“I believe that one always does himself and his audience an injustice when he speaks merely for the sake of speaking. I do not believe that one should speak unless, deep down in his heart, he feels convinced that he has a message to deliver.” – Booker T. Washington _Up from Slavery_ (1901)
Presidential Commentary by Dr. Brian Johnson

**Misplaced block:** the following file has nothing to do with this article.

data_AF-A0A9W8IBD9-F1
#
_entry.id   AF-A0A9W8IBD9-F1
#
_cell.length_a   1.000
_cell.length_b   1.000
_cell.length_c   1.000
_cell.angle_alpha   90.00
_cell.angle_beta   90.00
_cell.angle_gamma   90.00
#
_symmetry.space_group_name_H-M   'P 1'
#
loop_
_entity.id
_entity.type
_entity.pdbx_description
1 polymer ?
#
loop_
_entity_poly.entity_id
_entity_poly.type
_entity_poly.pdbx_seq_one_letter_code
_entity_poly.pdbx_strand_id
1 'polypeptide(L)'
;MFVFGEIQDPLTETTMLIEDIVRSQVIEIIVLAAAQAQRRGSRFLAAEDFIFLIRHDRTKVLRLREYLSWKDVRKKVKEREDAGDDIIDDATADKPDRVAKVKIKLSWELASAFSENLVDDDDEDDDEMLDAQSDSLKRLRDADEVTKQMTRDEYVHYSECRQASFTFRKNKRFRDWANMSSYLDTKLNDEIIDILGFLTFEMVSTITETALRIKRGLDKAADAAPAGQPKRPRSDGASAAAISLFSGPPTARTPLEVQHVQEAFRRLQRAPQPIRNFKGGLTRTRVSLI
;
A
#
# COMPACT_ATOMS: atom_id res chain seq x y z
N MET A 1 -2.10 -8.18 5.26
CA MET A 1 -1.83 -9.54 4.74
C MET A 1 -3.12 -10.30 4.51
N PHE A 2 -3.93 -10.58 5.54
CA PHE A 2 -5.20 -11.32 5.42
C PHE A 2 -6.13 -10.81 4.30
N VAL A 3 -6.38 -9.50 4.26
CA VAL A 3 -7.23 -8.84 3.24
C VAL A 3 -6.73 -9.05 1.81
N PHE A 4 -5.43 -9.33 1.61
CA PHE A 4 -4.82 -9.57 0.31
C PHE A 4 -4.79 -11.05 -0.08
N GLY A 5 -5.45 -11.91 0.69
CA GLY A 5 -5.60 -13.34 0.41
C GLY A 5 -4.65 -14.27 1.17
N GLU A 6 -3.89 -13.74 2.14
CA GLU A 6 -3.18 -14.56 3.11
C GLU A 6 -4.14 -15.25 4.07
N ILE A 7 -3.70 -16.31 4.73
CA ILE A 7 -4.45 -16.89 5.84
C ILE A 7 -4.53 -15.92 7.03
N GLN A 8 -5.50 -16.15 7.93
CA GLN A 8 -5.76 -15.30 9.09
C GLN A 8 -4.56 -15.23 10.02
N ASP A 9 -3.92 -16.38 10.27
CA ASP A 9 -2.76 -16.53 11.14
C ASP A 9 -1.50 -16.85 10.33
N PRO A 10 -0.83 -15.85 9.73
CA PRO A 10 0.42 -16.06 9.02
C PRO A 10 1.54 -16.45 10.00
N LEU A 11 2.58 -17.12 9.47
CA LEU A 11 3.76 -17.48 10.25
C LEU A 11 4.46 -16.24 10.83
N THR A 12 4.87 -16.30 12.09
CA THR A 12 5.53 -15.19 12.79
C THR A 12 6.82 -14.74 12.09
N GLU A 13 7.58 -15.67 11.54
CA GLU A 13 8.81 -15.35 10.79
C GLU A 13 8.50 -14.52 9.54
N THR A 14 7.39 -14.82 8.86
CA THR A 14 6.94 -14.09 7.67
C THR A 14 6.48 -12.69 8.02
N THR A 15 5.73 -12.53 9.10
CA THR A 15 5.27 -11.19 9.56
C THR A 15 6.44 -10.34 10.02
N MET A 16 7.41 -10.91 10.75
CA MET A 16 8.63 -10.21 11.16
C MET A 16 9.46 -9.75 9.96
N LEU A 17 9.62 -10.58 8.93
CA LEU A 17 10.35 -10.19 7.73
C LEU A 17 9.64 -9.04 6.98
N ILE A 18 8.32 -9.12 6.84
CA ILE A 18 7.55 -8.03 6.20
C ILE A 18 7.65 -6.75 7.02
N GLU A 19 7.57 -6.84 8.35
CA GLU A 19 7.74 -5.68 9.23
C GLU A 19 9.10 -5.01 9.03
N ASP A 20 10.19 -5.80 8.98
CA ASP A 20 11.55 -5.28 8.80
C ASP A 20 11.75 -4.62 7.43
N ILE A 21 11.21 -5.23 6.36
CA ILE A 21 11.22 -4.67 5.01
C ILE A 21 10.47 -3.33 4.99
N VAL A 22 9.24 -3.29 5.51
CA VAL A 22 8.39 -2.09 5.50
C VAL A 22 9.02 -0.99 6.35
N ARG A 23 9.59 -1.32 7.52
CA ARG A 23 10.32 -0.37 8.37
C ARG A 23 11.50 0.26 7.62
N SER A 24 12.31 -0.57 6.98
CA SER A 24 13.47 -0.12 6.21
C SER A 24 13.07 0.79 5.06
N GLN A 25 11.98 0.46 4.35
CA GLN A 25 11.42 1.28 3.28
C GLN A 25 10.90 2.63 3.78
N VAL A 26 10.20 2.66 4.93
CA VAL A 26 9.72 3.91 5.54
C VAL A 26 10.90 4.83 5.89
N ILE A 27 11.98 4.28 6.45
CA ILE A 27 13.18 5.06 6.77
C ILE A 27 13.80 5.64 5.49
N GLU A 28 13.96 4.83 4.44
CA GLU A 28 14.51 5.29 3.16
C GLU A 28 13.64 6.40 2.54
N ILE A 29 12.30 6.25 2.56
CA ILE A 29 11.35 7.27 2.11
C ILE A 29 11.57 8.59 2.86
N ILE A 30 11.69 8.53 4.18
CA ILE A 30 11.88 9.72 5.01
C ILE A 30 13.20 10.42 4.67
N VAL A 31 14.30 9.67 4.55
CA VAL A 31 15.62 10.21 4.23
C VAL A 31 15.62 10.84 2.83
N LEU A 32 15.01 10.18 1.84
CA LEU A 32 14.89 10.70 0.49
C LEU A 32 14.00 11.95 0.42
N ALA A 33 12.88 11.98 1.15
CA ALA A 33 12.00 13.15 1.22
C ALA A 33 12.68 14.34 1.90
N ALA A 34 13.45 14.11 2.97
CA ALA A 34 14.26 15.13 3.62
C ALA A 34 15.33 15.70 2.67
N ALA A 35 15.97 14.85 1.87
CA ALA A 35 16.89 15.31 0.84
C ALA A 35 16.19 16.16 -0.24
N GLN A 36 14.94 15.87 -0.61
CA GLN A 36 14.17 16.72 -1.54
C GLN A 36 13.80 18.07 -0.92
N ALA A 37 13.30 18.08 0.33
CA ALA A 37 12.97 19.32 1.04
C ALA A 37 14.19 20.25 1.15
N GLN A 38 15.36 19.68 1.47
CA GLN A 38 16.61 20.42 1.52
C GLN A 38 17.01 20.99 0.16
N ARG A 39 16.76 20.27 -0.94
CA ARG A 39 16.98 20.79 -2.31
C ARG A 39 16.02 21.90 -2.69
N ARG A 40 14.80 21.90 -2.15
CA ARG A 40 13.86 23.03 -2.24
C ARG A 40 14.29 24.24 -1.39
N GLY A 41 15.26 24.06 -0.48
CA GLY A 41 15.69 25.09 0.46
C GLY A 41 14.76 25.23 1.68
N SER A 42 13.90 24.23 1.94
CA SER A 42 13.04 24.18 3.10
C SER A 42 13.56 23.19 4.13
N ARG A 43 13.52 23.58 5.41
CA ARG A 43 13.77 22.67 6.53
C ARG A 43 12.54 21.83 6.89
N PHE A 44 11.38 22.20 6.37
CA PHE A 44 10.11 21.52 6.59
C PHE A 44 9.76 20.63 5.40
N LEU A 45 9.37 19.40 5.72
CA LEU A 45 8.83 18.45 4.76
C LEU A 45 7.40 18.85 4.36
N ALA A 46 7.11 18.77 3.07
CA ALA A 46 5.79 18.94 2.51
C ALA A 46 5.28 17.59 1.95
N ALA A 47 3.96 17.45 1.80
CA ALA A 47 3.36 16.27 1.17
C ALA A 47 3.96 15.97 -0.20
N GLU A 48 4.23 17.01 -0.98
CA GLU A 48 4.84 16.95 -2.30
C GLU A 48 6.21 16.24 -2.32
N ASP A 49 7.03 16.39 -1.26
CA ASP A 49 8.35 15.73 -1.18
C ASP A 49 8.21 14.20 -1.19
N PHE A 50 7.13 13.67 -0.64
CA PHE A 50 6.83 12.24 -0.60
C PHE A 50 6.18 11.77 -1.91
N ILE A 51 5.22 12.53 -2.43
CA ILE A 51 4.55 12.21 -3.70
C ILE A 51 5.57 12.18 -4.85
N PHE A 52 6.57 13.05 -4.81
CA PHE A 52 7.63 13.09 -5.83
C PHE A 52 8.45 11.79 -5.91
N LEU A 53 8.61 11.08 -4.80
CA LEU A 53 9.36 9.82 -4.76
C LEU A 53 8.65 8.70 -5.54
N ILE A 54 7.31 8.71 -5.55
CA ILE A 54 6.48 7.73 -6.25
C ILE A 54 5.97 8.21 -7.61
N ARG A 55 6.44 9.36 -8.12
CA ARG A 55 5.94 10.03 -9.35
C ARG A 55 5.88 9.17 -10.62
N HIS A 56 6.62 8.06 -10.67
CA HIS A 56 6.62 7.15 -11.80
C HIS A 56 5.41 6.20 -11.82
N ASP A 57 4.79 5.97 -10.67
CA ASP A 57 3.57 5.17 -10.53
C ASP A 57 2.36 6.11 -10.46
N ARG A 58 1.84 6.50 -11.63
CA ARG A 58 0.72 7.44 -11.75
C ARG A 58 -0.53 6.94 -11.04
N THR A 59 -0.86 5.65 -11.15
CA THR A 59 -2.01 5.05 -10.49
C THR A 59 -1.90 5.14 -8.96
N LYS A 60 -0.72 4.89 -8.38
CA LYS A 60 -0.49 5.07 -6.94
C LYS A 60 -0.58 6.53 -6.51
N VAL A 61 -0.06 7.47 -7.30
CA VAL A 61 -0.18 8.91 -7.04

It is a wise and prudent man or woman indeed who does not readily accept-or seek-any and every invitation to speak. Although such restraint is uncommon, Mr. Washington’s recommendation is one that would serve us well to follow. For the best speakers-whether teacher, professor, lecturer or any number of itinerant persons-are those whose words proceed from the works that support them. Mr. Washington was known locally, regionally, nationally and globally for his oratorical prowess and was largely regarded as such for the work he was doing at Tuskegee University. And this work was no mere job for the founding Principal and President of Tuskegee University, but his life’s purpose “deep down in his heart.” When he spoke, men and women could feel the force of someone who was not pretentious but purposeful. And he was able to do so because he spoke concerning those things he was doing or had done. He did not theorize about how to lead an institution. He led one. He did not simply ask of those within his charge to persevere, endure and overcome. He himself had done these things. He did not simply speak about the “race problem” affecting newly freed and formerly enslaved men and women but was engaged in a work to solve this problem in a manner consistent with his beliefs. And all of these things were visible, tangible and remain so nearly 100 years since his passing (1915-2015). Audiences know immediately whether one has done or is doing the things that he or she speaks which is why one should never offer words without accompanying works.